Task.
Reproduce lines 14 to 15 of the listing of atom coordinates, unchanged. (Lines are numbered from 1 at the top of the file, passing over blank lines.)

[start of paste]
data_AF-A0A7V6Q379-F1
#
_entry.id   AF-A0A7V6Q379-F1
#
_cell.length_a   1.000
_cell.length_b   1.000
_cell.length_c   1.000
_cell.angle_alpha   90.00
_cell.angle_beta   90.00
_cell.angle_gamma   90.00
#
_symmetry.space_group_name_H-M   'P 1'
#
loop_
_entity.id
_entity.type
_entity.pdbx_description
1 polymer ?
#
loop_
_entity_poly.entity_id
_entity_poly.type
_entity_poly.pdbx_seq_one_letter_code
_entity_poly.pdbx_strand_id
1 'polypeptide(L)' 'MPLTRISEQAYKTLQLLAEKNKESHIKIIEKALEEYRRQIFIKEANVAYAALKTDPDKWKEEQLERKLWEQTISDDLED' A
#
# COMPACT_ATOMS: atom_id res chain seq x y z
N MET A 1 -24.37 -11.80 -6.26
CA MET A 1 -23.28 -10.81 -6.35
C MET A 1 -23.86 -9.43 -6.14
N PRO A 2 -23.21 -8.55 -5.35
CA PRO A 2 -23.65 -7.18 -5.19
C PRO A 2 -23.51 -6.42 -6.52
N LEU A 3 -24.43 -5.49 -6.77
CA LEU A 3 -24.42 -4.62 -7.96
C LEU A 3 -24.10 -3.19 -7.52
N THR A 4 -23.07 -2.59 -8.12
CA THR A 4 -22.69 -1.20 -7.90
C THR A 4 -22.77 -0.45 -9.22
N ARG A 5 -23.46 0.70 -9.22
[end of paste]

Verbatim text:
loop_
_entity.id